The Lizard King

December 30, 1997 -- 7:00 p.m.

  My dad looks good. Surprisingly good. I walked into his room half-expecting to find a feeble, withered old man, because too often heart attack patients seem somehow diminished after the event, as though they'd been drained of their lifeforce. Not my dad. His color was good, his spirits were good, he seemed energetic, he says he feels fine. Sure, he was way too thin and looks ravaged by his years, but he's looked that way for a long time. If anything, he looks better now than he did before the heart attack. My dad, the original Lizard King.

It seems I got here just in the nick of time for nothing to happen. They're giving him a stress test in the morning, but unless the results of that are unexpectedly bad they're planning to release him tomorrow afternoon. He had an echocardiogram today which showed no significant damage to his heart and no blockages, so they don't think he'll need surgery. I guess my timing for coming out was pretty good after all; I'll be here long enough to take him home and get him situated and help out for a couple of days before I have to leave.

Now that things are looking up, I'm able to enjoy being in Colorado again. I moved to LA from Colorado, and while I only lived out here for about a year, in my mind Colorado has always been home. It's good to be back, especially in the wintertime. As I'm sitting here alone in my dad's house, writing, I can hear cars crunching through the snow outside. I've missed that sound, and I've missed the bite of the freezing air in my nose when I step outside. I miss winter. I miss Colorado. I'd like to live here again someday.

If I had time on this trip, I'd go up to Big Thompson Canyon just outside Loveland. My dad owned a restaurant there in the canyon, The Covered Wagon. We lived next to the restaurant and I used to play in the forest on the ridge with my friend Adam. If I had time I'd go up to that forest and look for the tree where Adam and I carved our initials, and if I could find it I'd tell Adam that I miss him and I still think about him sometimes. Adam died there in the canyon, and my dad and I could have too if I hadn't moved to California when I did.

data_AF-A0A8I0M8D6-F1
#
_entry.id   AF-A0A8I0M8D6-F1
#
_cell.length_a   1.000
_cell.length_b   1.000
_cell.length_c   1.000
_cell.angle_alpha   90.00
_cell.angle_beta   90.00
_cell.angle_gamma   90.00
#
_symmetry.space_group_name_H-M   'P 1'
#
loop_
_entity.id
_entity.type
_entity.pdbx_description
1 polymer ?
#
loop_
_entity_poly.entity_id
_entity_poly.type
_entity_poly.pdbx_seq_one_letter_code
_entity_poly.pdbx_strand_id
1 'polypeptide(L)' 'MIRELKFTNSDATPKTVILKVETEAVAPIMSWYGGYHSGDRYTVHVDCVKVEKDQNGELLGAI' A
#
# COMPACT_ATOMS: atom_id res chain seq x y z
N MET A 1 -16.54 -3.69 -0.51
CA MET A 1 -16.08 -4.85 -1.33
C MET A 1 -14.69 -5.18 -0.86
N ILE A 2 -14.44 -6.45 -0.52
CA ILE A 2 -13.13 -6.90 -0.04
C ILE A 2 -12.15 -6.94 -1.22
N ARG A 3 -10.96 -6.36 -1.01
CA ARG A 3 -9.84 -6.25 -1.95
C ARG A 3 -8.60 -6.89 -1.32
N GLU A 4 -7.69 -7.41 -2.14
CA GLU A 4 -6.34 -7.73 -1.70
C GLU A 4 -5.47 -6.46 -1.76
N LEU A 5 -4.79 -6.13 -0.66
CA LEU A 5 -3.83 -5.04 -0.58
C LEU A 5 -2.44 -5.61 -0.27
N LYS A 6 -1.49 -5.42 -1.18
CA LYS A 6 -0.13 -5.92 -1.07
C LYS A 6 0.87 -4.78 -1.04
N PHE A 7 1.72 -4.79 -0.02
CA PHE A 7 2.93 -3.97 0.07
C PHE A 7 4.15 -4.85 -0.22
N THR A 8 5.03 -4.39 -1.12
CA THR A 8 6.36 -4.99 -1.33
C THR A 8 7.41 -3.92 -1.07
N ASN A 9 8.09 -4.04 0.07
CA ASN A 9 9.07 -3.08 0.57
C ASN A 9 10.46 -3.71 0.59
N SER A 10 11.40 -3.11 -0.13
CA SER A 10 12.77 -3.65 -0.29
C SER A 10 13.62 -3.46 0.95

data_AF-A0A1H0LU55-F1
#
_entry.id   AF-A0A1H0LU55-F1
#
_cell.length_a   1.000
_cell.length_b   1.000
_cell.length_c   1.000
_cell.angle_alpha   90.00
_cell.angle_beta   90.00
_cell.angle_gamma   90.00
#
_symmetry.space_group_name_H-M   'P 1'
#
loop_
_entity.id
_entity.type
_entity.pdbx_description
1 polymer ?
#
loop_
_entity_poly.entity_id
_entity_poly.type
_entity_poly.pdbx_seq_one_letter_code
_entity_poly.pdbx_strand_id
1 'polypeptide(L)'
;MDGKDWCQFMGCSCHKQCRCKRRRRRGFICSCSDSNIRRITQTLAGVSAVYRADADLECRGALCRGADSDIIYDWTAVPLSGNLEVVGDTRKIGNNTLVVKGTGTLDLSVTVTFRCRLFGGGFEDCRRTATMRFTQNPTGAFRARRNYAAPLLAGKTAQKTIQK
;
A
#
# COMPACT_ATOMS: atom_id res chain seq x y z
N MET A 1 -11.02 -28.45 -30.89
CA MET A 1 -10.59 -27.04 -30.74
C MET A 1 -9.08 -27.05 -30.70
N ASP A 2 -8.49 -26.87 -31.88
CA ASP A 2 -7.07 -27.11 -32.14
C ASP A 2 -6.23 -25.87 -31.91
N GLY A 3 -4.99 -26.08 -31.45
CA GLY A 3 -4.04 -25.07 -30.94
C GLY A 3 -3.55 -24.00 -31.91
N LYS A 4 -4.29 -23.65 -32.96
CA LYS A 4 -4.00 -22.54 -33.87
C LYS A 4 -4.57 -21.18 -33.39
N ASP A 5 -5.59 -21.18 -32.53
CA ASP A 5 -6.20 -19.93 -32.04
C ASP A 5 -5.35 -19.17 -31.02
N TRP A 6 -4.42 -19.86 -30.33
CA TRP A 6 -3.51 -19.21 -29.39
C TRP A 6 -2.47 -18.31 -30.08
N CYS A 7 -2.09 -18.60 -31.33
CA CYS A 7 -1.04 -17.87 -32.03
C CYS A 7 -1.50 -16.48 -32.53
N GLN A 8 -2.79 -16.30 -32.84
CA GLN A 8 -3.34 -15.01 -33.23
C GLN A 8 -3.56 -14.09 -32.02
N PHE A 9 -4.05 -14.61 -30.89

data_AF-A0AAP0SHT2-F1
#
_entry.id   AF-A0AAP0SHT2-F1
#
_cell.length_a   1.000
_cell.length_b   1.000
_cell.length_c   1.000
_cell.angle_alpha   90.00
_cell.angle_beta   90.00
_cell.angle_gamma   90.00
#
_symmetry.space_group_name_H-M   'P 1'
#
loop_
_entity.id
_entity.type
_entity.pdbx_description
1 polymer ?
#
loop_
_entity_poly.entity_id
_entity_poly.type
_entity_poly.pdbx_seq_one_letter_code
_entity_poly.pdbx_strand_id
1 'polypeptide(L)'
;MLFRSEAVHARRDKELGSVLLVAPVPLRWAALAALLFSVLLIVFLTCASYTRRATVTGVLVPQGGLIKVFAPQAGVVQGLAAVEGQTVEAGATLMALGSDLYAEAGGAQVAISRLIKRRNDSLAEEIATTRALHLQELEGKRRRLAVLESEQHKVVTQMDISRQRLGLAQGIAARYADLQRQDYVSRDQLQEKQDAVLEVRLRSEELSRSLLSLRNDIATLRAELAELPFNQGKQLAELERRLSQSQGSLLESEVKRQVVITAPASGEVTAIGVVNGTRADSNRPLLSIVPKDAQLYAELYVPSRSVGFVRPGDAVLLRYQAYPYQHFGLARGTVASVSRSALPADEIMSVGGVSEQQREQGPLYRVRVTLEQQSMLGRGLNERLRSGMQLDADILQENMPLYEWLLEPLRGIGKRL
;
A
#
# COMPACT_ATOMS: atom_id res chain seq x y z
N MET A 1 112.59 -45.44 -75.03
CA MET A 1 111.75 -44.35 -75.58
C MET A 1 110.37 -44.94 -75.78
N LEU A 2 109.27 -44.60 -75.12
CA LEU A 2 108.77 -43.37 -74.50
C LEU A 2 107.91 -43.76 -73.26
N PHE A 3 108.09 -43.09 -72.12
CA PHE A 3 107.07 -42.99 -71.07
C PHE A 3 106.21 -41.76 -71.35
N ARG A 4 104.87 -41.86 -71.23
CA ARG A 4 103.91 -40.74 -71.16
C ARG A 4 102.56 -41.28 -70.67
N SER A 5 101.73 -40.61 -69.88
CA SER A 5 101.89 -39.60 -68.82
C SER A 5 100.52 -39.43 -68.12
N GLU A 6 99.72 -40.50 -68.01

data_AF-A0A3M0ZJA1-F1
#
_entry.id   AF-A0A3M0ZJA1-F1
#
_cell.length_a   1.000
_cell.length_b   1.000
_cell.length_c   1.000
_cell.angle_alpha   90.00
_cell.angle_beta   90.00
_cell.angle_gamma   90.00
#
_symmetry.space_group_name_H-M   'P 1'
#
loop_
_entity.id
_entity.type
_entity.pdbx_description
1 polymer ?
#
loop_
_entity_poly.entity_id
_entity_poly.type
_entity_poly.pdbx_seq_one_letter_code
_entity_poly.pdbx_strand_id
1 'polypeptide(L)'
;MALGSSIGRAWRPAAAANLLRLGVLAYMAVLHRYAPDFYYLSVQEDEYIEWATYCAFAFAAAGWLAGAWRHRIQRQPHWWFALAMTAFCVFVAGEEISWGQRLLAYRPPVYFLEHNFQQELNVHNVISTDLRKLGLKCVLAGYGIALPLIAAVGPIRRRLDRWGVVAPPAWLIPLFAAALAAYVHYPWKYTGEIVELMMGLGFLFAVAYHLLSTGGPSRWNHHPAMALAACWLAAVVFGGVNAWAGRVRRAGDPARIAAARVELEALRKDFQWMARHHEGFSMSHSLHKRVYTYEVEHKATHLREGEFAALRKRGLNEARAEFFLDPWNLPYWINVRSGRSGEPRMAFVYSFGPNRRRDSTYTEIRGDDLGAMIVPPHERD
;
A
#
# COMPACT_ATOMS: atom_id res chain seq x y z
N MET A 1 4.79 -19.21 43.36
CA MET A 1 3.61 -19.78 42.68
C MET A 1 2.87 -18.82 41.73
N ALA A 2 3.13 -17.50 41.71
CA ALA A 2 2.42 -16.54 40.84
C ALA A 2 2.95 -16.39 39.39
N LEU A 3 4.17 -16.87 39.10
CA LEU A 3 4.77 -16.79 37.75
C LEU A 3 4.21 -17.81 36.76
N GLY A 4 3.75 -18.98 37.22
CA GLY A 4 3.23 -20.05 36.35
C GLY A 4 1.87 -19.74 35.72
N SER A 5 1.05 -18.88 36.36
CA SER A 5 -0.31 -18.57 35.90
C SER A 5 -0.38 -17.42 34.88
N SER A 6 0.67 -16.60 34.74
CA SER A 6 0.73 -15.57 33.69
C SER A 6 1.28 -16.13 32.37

On July 31, 1976, during a torrential rainstorm, a dam broke upriver in Estes Park and the Big Thompson River flooded. The restaurant, the house next to it, everything on that side of the river was wiped out. Adam died in the flood with his parents Marty and Frances and everyone else working in the restaurant that day, as well as dozens of other people up and down the canyon. This happened on my dad's birthday, a few weeks after I moved to Los Angeles with my mother and brothers and sister. He was celebrating his birthday with a camping trip with his girlfriend and I was safe in LA, but if my move had been a few weeks later my dad would have been working at the restaurant instead of camping and I would have been with him.

I don't know why I just told that story. I guess remembering my days here brought it to mind and I wanted people to know about Adam, Marty and Frances. I'll never forget them. You shouldn't either.





Copyright © 1997
Chuck Atkins